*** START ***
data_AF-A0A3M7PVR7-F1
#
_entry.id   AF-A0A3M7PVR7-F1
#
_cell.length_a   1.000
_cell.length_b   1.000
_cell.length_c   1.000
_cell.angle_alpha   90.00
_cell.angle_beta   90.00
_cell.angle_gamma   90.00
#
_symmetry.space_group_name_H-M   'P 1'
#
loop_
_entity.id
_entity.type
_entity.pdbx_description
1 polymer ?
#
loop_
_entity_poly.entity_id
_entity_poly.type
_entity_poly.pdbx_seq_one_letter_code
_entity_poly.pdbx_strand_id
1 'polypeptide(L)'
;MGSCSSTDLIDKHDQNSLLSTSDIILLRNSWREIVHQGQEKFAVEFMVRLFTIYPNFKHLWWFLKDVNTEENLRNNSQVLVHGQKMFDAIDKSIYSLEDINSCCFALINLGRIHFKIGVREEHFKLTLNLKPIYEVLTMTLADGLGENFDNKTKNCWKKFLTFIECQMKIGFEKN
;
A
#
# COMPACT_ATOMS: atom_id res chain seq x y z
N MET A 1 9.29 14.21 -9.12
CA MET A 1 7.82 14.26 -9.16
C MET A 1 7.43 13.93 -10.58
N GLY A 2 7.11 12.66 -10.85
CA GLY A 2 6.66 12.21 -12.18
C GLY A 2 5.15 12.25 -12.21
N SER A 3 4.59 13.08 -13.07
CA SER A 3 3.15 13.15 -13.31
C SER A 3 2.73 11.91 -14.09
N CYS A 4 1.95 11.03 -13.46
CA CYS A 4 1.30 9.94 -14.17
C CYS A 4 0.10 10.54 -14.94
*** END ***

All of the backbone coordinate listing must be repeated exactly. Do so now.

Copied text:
data_AF-A0A3M7PVR7-F1
#
_entry.id   AF-A0A3M7PVR7-F1
#
_cell.length_a   1.000
_cell.length_b   1.000
_cell.length_c   1.000
_cell.angle_alpha   90.00
_cell.angle_beta   90.00
_cell.angle_gamma   90.00
#
_symmetry.space_group_name_H-M   'P 1'
#
loop_
_entity.id
_entity.type
_entity.pdbx_description
1 polymer ?
#
loop_
_entity_poly.entity_id
_entity_poly.type
_entity_poly.pdbx_seq_one_letter_code
_entity_poly.pdbx_strand_id
1 'polypeptide(L)'
;MGSCSSTDLIDKHDQNSLLSTSDIILLRNSWREIVHQGQEKFAVEFMVRLFTIYPNFKHLWWFLKDVNTEENLRNNSQVLVHGQKMFDAIDKSIYSLEDINSCCFALINLGRIHFKIGVREEHFKLTLNLKPIYEVLTMTLADGLGENFDNKTKNCWKKFLTFIECQMKIGFEKN
;
A
#
# COMPACT_ATOMS: atom_id res chain seq x y z
N MET A 1 9.29 14.21 -9.12
CA MET A 1 7.82 14.26 -9.16
C MET A 1 7.43 13.93 -10.58
N GLY A 2 7.11 12.66 -10.85
CA GLY A 2 6.66 12.21 -12.18
C GLY A 2 5.15 12.25 -12.21
N SER A 3 4.59 13.08 -13.07
CA SER A 3 3.15 13.15 -13.31
C SER A 3 2.73 11.91 -14.09
N CYS A 4 1.95 11.03 -13.46
CA CYS A 4 1.30 9.94 -14.17
C CYS A 4 0.10 10.54 -14.94